By Panu Wongcha-um and John Geddie
CHIANG RAI, Thailand (Reuters) – A former Thai navy diver died working to save 12 boys and their soccer coach trapped inside a flooded cave, highlighting the risks for rescue teams trying to find a safe way to bring the group out after 13 days underground.
Dwindling oxygen levels in the cave complex and weather forecasts predicting more heavy rain added to the pressure on authorities to work out a rescue plan.
Members of the media attend a news conference about the death of a Thai rescue diver after he fell unconscious during part of an operation, in front of the Tham Luang cave complex, where 12 boys and their soccer coach are trapped, in the northern province of Chiang Rai, Thailand, July 6, 2018. REUTERS/Athit Perawongmetha
Samarn Poonan, 38, a former member of Thailand’s elite navy SEAL unit, died on Thursday night as he worked underwater in the cave complex, laying oxygen tanks along a potential exit route, the SEAL commander said.
“We won’t let his life be in vain. We will carry on,” Admiral Arpakorn Yuukongkaew told reporters on Friday.
Samarn was working with a partner placing oxygen tanks in a section of the cave. As they returned, Samarn fell unconscious about 1.5 kms from the cave entrance.
“Once his mission was over he dove back, but in the middle of their return his buddy found Samarn unconscious in the water and tried to pump his heart, but he could not save his life,” the SEAL unit said in a statement.
The diver’s death also highlighted the risks for the boys, who have no scuba diving experience, if authorities decide they should attempt to swim out of the flooded cave.
“A navy SEAL just passed away last night. How about a 12-year-old boy that will have to pass through?” said Rafael Aroush, an Israeli living in Thailand and volunteer at the site.
“There will be rain and many things could go wrong. I don’t want to say it, but it could be a catastrophe,” he said.
Prime Minister Prayuth Chan-ocha expressed his condolences over Samarn’s death but it would not deter the rescue teams, a spokesman said.
“Authorities have not lost courage because of this,” Thassada Thangkachan told reporters in Bangkok.
Officials warned on Friday that oxygen levels inside the cave have fallen and rescuers were racing to get more oxygen pipes into the cave. They have been working on a five km (three miles) “oxygen pipeline” to prepare for the group’s extraction.
Rescuers, including international teams, are pondering other ways to bring the group out before heavy rains hit the country’s north next week which could further hamper the rescue operation.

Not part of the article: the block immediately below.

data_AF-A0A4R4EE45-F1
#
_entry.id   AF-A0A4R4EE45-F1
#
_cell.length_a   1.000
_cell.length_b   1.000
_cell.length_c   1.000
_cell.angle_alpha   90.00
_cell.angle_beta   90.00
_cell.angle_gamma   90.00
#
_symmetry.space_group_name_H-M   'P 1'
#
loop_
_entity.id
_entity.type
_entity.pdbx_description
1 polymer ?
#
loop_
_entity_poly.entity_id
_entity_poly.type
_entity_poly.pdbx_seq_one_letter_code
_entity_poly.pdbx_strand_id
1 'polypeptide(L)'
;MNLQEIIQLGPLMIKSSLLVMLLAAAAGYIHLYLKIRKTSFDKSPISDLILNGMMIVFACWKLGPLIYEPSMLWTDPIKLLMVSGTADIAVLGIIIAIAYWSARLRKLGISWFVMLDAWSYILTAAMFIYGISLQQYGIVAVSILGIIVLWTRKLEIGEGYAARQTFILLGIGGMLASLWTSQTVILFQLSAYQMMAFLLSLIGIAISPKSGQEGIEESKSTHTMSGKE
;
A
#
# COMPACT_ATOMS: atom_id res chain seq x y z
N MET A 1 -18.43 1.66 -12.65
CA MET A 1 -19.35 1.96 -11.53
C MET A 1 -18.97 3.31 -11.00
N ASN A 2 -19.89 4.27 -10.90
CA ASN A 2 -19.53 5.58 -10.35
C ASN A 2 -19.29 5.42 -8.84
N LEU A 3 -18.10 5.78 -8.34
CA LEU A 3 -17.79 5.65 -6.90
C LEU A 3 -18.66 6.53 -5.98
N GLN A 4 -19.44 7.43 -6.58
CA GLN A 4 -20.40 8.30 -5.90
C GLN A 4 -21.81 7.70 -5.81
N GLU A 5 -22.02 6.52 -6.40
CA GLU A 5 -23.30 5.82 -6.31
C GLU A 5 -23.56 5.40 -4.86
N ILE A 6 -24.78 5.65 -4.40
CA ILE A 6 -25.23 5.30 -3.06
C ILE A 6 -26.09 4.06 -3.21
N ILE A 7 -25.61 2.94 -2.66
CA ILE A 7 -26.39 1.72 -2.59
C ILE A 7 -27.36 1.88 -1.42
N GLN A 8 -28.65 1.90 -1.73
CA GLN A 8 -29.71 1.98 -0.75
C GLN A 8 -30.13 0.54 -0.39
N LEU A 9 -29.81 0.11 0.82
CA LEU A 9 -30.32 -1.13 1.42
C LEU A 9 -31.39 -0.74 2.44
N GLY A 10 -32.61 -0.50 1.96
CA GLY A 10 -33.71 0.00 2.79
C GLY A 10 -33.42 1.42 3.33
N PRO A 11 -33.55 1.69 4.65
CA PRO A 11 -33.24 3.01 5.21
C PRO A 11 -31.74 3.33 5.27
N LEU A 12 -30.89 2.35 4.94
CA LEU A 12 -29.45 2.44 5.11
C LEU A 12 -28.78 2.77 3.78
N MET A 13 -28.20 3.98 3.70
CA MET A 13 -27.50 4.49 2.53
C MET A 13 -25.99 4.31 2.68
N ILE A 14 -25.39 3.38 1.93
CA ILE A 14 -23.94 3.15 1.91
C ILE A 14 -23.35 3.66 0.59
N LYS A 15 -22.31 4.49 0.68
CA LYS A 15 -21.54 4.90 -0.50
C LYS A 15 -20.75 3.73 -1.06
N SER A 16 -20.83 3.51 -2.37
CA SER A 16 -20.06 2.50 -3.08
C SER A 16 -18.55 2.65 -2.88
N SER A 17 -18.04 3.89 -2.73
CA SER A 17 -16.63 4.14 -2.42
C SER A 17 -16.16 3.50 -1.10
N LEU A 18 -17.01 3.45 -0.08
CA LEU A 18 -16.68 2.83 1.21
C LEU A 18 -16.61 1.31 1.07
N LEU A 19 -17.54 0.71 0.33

In a rare piece of good news, rescuers on Friday cleared enough water from inside the cave to be able to wade to one of the cave’s chambers located about 1.7 kms from the boys’ location without diving.
Rescue alternatives include teaching the boys to dive and then swim out, a highly risky venture, remaining in the cave for months until the wet season ends and flood waters recede, or drilling a shaft into the cave from the forest above.
The boys, aged between 11 and 16, and their assistant coach were found inside the Tham Luang cave in northern Chiang Rai province on Monday, after nine days underground. They went missing after setting out to explore the cave on June 23.
Rescuers have been slowed by logistical issues including high water levels inside the cave and narrow, flooded passages which would require the boys to dive alone.
The navy is teaching the boys the basics of diving, with a view to guiding them out through flood waters.
But getting them out won’t be easy.
The boys will have to be taught how to use scuba diving gear and how to navigate a cave that has frustrated even the most expert divers. Some of the boys cannot swim.
“Regarding the plan for the 13 to swim or dive, there is only one critical point which is risky: It is where every boy has to dive alone,” Chiang Rai Governor Narongsak Osottanakorn said on Thursday.
Rescuers are considering other options including keeping the 13 inside the cave until the flood waters recede at the end of the rainy season in about four months.
If the weather is on their side and enough water can be pumped out of the cave, the boys could get out the same way they got in, on foot, perhaps with some swimming.
Another option would be to find an alternative way into their chamber, such as drilling a shaft into the cave from the forested mountain above.
(Additional reporting by John Geddie and Patpicha Tanakasempipat in CHIANG RAI, Amy Sawitta Lefevre, Pracha Hariraksapitak and Panarat Thepgumpanat in BANGKOK; Writing by Amy Sawitta Lefevre; Editing by Michael Perry and Darren Schuettler)